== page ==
Diseases of low incidence showed little change in 1956 from the 1955 figures. For instance, Rocky Mountain spotted fever incidence decreased by only 2 cases, from 295 in 1955 to 293 in 1956; trichiniasis, also by 2, from 264 to 262; and typhoid fever, by 4, from 1,704 in 1955 to 1,700 in 1956; while tetanus incidence increased from 462 in 1955 to 468 in 1956. Diphtheria

Although several outbreaks of diphtheria were reported during 1956, the number of cases associated with them was small compared with the experience during the latter part of 1955. In the summer of that year a temporary rise began in the incidence of the disease. This continued through the fall and winter months, extending into the first months of 1956. But after that time the downward trend was resumed.


Vol. 5, No. 53

Included in the category of encephalitis are several types having different etiologic agents. The several types cannot be distinguished from each other except by serologic tests. Postinfectious encephalitis, which often accompanies or follows measles, whooping cough, and certain other acute infectious diseases, occurs most frequently in the seasons when these diseases are prevalent. The arthropod-borne types are predominantly summer diseases since the vectors are most numerous and active in that season.

In 1956 there were several large outbreaks of arthropodborne encephalitis, including eastern equine, western equine, and the St. Louis type. In Massachusetts eastern equine infections were reported in horses and pheasants; and for the first time since 1938 there were multiple cases in man. As in 1938 the cases in man were severe and frequently fatal with the majority of them occurring in young children. Most of those who survived showed evidence of considerable damage to their central nervous systems. Two human cases were also reported in Maryland. Infections in animals were common in States along the eastern seaboard from Massachusetts to the gulf coast. Large epidemics of St. Louis encephalitis were reported in 2 areas in Kentucky and also in Texas. Western equine infections occurred mainly in sporadic form. Of 277 reports of laboratory confirmed cases of arthropod-borne encephalitis, 227 were of the St. Louis type, 37 western equine, and 13 eastern equine.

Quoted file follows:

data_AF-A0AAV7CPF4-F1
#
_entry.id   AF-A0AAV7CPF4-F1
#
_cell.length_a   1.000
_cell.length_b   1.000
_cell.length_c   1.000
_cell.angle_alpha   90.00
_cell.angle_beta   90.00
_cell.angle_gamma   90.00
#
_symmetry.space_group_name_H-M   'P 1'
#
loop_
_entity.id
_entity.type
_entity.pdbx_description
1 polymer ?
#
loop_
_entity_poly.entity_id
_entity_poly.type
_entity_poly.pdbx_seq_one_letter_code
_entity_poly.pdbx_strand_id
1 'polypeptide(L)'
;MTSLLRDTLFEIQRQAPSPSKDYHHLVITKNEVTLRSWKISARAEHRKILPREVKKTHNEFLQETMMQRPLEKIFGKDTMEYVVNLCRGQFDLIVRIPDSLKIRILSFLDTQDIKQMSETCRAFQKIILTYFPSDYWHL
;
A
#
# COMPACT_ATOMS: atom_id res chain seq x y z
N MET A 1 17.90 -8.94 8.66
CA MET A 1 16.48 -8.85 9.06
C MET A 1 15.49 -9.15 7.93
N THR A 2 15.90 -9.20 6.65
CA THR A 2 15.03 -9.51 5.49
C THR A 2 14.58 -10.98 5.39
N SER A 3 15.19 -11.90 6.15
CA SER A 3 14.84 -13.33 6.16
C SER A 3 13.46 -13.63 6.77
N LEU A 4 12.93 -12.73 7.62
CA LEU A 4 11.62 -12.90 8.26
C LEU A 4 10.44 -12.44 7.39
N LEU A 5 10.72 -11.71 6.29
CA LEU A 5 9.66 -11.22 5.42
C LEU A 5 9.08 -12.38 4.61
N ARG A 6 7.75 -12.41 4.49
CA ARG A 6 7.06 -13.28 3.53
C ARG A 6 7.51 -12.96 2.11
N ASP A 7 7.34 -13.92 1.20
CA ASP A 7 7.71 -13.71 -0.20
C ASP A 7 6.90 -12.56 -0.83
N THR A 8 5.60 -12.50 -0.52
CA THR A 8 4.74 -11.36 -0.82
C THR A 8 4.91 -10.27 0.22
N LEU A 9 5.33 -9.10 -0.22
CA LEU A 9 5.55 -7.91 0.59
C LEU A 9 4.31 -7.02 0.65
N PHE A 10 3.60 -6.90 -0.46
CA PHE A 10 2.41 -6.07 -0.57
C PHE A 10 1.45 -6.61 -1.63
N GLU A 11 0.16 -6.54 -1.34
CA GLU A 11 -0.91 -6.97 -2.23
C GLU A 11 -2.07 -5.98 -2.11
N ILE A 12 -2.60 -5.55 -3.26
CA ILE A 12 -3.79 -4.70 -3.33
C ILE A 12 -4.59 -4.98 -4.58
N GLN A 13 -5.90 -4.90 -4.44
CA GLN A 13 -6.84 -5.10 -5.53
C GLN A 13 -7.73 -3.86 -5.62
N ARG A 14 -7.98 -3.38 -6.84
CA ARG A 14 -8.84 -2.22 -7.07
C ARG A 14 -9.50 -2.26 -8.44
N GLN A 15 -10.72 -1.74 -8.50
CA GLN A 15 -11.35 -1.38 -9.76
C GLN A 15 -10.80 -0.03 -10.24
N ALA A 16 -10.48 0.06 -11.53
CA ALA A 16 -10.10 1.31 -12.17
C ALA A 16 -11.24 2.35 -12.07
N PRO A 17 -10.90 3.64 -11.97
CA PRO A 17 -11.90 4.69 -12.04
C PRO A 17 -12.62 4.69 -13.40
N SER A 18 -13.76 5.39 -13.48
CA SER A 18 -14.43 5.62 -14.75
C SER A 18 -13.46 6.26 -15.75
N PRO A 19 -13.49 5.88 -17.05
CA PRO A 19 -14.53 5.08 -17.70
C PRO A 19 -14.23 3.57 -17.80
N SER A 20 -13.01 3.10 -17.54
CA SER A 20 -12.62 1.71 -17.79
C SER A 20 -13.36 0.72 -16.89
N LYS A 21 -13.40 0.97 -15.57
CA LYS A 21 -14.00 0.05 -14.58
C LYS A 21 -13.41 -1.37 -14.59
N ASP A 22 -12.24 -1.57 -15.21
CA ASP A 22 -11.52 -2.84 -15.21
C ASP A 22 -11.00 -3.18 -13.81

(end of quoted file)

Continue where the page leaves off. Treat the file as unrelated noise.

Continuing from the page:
The incidence rate per 100,000 estimated population for poliomyelitis in 1956 was 9.1 or almost half the rate of 17.6 for 1955. In 1954 the rate was 23.9. For 1956 the highest incidence was in the Western States, lower in the North Central, about half as high in the Southern States, and less than a fourth as high in the Northeastern States. The incidence rates for 1955 and 1956 by States are shown in the chart.

The highest incidence of poliomyelitis in 1955 resulted from an outbreak of the disease in Boston with a rate of 82.8 for Massachusetts and 58.1 for the New England States. Although an outbreak occurred in Chicago during 1956, the rate for Illinois was only 20.7 for the year. Other States with incidence rates in excess of 15.0 for 1956 were Utah, 28.0; Iowa, 21.5; Louisiana, 20.2; Idaho, 17.6; California, 15.8; and Texas, 15.2. In 1956 the lowest rate was for Rhode Island, 1.1; while in 1955 it was for Alabama, 5.9.


Increases in the number of psittacosis cases were reported from all sections of the country. Substantial increases